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Category Archives: Mendocino

Local Innovation at The Bewildered Pig

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Last week I traveled to Mendocino with Canuck for an early birthday celebration! He let me do the majority of the planning – including two breweries (no, I don’t just drink wine) – but did suggest a dinner spot in Philo for our first night of the trip: The Bewildered Pig. I trust Canuck’s picks, especially when it comes to food, and after checking out their menu and hearing that his friend from culinary school is the sous chef, I got pretty excited about this place.

The Bewildered Pig is the brainchild of Chef Janelle Weaver and her partner, Daniel. After spending several years as an executive chef at a prestigious Napa winery, Janelle ventured out on her own culinary endeavor with the goal to create an unpretentious restaurant with a large focus on farm to fork, sourcing everything locally (their pigs come from down the street) and from their own gardens. The dishes are elegant yet casual, refined yet rustic, sophisticated yet simple; dualities that I learned Janelle possesses herself after chatting with her throughout the course of the night.

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The wine list is a combination of selections from Anderson Valley and Sonoma County and an extensive list of Old World favorites. Keeping with the local theme, I selected the 2014 Balo “Suitcase 828” Estate Pinot Noir. The wine was more feminine on the nose, with aromas of white flowers, bright red fruit and an element of freshness. But the palate was bold and earthy, reflecting more of a masculine tone. One of the things I love most about Pinot Noir (especially Pinots from Anderson Valley) is how androgynous it can be, which makes it a versatile wine for food pairings. Sure enough, it paired perfectly with nearly everything that we ate.

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We started off the evening with a delectable amuse-bouche from the kitchen: Penny Royal Laychee Crostini with a Pea & Fava Pistou. (Side note: Penny Royal is a local farm and creamery that offers tours and tastings Thursday through Monday in their new shop on Hwy 128. They make a variety of cheeses that are also available at one of my favorite Philo wineries, Navarro Vineyards.) Our delicious cheesy bite was followed by a house made Mendocino County Heritage Pork country pâté with Dijon mustard and shallot chutney – the perfect combination of salty, sweet and spicy.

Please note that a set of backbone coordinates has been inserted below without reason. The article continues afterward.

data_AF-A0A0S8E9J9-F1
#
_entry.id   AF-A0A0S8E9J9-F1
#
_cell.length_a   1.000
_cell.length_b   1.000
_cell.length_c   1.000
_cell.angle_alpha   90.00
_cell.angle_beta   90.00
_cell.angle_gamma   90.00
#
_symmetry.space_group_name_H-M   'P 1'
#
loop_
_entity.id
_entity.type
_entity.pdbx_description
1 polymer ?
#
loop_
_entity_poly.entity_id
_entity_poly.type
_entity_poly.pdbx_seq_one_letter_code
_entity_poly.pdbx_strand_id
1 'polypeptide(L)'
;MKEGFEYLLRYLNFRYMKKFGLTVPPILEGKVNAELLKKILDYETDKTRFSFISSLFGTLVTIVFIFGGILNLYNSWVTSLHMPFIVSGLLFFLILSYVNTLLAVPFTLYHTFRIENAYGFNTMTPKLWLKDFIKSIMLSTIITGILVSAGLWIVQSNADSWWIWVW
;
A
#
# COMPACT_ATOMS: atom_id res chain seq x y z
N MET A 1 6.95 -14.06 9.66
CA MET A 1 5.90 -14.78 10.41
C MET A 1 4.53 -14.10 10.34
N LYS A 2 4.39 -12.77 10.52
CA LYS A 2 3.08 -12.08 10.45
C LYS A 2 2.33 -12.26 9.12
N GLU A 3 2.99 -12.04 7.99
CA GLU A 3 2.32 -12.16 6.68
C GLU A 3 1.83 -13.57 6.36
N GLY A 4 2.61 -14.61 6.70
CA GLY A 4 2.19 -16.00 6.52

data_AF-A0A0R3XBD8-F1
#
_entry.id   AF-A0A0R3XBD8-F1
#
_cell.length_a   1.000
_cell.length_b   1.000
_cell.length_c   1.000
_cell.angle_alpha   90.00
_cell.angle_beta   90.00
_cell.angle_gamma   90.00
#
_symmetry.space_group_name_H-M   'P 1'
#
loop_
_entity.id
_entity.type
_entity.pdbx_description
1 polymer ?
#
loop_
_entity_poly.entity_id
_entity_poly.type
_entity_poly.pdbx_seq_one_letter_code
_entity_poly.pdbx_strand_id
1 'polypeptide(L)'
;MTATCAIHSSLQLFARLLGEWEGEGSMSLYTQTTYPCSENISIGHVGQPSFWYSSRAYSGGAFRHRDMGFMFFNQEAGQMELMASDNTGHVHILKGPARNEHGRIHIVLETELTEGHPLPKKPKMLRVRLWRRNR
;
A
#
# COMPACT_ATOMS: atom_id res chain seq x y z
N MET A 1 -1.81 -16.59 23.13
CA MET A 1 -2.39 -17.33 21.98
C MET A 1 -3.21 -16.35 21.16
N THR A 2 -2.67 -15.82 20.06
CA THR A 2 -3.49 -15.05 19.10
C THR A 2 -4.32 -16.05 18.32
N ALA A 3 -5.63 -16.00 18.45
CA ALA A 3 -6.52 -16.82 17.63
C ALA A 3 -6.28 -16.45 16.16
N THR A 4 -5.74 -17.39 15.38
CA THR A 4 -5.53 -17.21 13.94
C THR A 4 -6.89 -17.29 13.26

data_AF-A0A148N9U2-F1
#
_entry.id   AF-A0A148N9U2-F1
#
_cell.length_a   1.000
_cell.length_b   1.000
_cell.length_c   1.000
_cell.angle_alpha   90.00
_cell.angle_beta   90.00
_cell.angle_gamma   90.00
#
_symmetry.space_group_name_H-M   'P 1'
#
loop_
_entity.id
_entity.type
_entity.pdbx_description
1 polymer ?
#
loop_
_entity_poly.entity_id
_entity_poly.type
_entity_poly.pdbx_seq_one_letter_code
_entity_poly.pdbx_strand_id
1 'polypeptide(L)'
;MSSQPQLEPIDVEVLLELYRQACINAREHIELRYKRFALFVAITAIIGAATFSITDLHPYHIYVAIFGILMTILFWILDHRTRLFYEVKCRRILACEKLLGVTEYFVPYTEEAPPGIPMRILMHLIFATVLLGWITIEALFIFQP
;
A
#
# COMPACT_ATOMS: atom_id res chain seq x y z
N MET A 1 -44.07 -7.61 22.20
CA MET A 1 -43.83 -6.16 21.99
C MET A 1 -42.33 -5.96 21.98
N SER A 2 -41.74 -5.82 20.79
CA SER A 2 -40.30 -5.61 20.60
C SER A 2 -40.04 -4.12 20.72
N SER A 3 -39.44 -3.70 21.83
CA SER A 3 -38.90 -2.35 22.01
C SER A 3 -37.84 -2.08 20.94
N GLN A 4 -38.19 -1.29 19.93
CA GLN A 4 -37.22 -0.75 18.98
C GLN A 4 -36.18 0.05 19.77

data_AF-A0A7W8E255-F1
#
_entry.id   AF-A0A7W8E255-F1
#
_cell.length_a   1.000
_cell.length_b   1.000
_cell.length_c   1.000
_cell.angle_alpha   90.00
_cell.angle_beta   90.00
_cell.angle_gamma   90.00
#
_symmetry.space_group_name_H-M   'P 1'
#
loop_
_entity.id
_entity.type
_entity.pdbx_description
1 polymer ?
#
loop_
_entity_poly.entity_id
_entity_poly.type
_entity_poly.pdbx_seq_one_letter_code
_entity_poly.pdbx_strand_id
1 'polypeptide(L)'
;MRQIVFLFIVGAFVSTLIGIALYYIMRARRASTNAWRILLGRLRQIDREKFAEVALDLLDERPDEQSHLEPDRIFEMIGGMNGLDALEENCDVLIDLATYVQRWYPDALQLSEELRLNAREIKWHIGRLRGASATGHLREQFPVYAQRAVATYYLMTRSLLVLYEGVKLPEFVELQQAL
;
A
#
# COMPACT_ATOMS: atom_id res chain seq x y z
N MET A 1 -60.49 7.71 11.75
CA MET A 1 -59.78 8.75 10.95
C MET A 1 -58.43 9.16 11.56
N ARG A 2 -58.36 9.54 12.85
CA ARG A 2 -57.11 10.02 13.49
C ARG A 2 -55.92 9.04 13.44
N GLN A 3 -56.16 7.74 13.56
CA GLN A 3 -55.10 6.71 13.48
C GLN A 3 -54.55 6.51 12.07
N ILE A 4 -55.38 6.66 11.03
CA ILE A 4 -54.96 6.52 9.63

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On to the vegetables. Canuck selected “Celebration of Carrots” and I chose an assortment of seasoned radishes with salt and butter. The radishes were simple yet so satisfying, and it felt good to eat some raw vegetables after an afternoon of beer tasting (be sure to stop in Anderson Valley Brewery on your way into Philo). The carrot plate was indeed a celebration and quite possibly the best vegetable dish I have ever had the pleasure of tasting. The plate is composed of a seven different uses and varieties of carrots: confit tiny Thumbelina and French, pickled rainbow, housemade carrot crackers, fried carrot fronds, carrot top pesto and garlic aioli. I talked about this dish to anyone who would listen for several days. I’m still holding out hope that Canuck will find a way to recreate it…

And as if those were not enough starters, we picked two more to share: smoked local black cod potato salad, and Gulf prawns with garlic lemon aioli and what Janelle and her team affectionately call “fluff,” an array of herbs, flowers and stuff. The cod is local (Princess Seafood out of Fort Bragg) and smoked by Angelo’s in Sonoma. It’s served with heirloom potatoes, confited in olive oil, and fresh shaved Petit Teton horseradish, bloomed mustard seeds, whipped crème fraîche, herbs, watercress… and probably a few other amazing things that I am missing. Not only was it beautifully presented (like all of the evening’s dishes), but the combination of flavors was beautiful to eat.

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Last but not least, we each ordered the Lamb Duo (despite the fact that Canuck usually prefers not to order the same thing as his dining partner). It was written on the menu with all of my favorite Spring things so it was impossible to resist. In hindsight, we agreed that it easily could have been shared considering the amount of food we had leading up to our entrées, but we still managed to finish the majority of our dishes. The Lamb Duo was composed of lamb loin and confit cap, sheep’s milk ricotta gnocchi, fresh tarragon, chives, lemon zest, fava beans, asparagus, fava leaf and garlic puree, served with a lamb anise hyssop reduction. I never imagined that all of these things could exist so cohesively on one plate, but it was near perfection.